|"Late flowering love and loss"|
by Avril Silk for remotegoat on 29/06/16
Birdsong Productions ‘Shadowlands’ at Exeter’s Northcott Theatre is the perfect antidote to these divisive and embittered times. The love story between Jack - C.S Lewis (Stephen Boxer) - and Joy Gresham (Amanda Ryan) is portrayed with tenderness, intelligence, wit and sincerity in William Nicholson’s wonderful play.
Stephen Boxer’s portrayal of an aging academic believing himself safely tucked up for the night away from the hurly-burly, living in the shadowlands at the foothills of Eternity, is masterful. Watching him unbend to love is like seeing a sleepwalker grappling with a deckchair after a long winter. Amanda Ryan’s Joy is… well… a joy to watch. Her stunning combination of energy, intellectual rigour, courage and vulnerability proved as life-enhancing to this reviewer as it did to her beloved Jack. As Warnie, Jack’s brother, Denis Lill is understated decency and kindness personified.
I was transported back in time as I appreciated the brilliant set (Anne-Marie Woodley and Director Alastair Woodley), parts of which effortlessly evoked my Fifties childhood. That also applies to the excellent costumes (David Morgan); outfits such as I can see on the earliest pages of my photograph album (though perhaps not the period-perfect, slightly dusty old dressing gowns!).
I was struck by the ensemble work in this production; secondary characters were fully realised and the scene-shifting was done with grace and efficiency. The circle of friends surrounding Jack responded very differently to the explosion of Joy into his life, particularly when she was effortlessly and wittily able to counter their elitism, lofty intellectual arrogance and casual misogyny. Jeffrey Harmer (Reverend Harry Harrington), Richard Holliday (Doctor Maurice Oakley) and Ian Marr (Alan Gregg and the Doctor) give sterling performances as Jack’s Oxford friends and colleagues.
Simon Shackleton as Professor Christopher Riley (a character based loosely on J.R.R. Tolkein) gives a fully rounded performance of someone not in the least beguiled by Joy. His scepticism provides a balance to this heart-warming, heart-breaking story – a story that sets out to remind us that real love is possible at any stage of life and is not defeated by death. As Jack wrote, "You are never too old to set another goal or to dream a new dream".
Holly Smith and Alastair Higgins imbue their supporting roles with professional aplomb. As Douglas, one of Joy’s sons, Shannon Rewcroft captures perfectly a shy, bookish child, adjusting to life in England and all too soon facing the death of his beloved mother. In relation to Douglas, Denis Lill was superb. It has been one of the pleasures in writing this review to find out more about Warnie (and, incidentally, the formidable Janie King Moore. Thank goodness she was not around when Joy Gresham came on the scene).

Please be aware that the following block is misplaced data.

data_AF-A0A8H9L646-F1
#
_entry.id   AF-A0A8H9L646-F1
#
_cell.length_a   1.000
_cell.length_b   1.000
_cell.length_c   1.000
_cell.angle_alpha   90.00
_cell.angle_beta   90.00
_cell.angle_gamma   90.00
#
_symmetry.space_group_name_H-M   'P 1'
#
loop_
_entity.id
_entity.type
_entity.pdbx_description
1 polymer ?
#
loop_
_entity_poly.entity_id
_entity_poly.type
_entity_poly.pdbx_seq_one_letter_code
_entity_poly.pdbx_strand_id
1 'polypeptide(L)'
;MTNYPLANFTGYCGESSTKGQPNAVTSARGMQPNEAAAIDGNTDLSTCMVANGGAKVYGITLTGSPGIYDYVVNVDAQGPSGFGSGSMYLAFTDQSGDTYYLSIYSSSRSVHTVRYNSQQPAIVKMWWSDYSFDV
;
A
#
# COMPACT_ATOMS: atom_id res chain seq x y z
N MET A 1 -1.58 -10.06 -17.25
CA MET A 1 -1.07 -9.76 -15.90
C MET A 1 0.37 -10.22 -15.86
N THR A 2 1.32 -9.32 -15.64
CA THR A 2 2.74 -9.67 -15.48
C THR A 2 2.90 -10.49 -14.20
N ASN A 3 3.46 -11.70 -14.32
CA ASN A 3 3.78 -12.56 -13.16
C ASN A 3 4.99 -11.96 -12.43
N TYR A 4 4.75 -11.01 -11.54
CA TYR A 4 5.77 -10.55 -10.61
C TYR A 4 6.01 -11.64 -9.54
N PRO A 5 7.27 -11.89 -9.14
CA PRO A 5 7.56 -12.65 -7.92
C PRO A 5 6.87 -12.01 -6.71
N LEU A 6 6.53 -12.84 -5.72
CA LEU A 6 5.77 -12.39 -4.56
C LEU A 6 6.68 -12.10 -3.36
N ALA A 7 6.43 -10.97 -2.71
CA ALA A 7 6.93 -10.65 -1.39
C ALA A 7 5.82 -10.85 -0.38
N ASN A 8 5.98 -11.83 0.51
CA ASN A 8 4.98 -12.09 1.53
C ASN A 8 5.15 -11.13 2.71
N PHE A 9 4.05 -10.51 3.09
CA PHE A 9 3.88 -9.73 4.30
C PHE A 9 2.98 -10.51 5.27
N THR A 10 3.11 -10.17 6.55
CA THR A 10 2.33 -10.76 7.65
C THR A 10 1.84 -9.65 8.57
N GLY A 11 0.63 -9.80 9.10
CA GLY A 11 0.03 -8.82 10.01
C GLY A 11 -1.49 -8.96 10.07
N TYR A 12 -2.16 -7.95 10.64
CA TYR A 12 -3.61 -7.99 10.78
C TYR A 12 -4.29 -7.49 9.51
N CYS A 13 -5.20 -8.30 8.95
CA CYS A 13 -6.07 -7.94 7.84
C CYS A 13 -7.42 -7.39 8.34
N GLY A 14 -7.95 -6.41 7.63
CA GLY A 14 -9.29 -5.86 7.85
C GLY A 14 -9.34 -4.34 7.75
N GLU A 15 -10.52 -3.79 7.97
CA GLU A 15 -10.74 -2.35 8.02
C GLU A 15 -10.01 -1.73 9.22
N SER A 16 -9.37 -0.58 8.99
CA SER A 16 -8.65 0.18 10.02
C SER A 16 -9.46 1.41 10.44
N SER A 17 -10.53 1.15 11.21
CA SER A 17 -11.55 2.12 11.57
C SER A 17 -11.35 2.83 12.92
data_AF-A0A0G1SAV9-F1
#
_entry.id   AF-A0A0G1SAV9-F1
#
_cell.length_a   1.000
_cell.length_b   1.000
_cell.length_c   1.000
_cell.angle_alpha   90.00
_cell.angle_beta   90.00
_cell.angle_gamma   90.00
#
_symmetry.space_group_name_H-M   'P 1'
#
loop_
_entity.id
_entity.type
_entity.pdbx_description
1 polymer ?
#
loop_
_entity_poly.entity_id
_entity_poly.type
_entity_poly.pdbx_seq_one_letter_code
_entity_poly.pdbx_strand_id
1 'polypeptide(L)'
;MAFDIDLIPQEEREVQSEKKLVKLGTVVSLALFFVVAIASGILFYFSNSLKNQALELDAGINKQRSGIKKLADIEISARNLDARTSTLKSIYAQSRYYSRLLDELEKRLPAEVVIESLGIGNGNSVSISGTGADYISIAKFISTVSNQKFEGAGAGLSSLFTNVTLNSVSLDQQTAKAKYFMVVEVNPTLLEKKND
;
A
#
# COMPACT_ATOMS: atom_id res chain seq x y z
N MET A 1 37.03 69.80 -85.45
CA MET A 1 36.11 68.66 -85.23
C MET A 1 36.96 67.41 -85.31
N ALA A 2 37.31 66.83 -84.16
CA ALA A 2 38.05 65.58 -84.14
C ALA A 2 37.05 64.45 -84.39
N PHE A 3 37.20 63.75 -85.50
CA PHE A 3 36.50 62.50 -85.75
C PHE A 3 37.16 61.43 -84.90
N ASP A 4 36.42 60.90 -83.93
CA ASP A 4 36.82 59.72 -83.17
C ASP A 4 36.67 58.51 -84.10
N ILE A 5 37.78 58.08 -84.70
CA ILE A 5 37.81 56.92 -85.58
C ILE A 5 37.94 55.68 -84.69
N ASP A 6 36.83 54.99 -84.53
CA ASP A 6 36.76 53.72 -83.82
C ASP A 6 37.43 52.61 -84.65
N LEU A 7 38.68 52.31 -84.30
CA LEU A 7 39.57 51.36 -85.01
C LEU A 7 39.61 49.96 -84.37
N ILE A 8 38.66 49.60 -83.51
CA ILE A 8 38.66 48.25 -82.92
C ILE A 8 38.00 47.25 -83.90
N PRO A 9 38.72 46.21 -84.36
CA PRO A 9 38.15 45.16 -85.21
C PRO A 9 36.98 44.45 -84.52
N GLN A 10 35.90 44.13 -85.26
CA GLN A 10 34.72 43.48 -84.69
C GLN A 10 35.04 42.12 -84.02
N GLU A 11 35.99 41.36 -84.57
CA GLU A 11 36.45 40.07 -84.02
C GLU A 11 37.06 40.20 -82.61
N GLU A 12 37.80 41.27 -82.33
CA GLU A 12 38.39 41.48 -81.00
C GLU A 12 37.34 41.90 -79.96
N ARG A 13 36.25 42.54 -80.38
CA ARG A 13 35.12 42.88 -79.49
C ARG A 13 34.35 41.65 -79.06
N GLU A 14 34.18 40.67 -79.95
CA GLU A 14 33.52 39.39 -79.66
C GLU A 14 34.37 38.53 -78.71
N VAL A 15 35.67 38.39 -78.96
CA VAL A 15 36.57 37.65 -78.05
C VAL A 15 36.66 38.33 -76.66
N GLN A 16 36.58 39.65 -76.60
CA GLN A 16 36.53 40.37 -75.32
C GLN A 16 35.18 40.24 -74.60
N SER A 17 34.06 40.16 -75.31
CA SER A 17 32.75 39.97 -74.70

Through Douglas we are invited to consider the role in our imaginations of the magic of fantasy worlds such as Narnia and indeed, Heaven. When, at the end, the lamppost was fully illuminated, I was profoundly moved. Issues of faith – steadfast or wavering or lost - and the role of mythology in giving us structure, comfort and hope are part of the fabric of this outstanding play.
It is easy to say that love, kindness and decency could readily flourish in the relatively affluent Oxford of the Fifties, but this play breaks through all that and reminds us that compassion costs nothing.
I leave the last word to Jack. “To love at all is to be vulnerable. Love anything and your heart will be wrung and possibly broken. If you want to make sure of keeping it intact you must give it to no one, not even an animal. Wrap it carefully round with hobbies and little luxuries; avoid all entanglements. Lock it up safe in the casket or coffin of your selfishness. But in that casket, safe, dark, motionless, airless, it will change. It will not be broken; it will become unbreakable, impenetrable, irredeemable. To love is to be vulnerable.”
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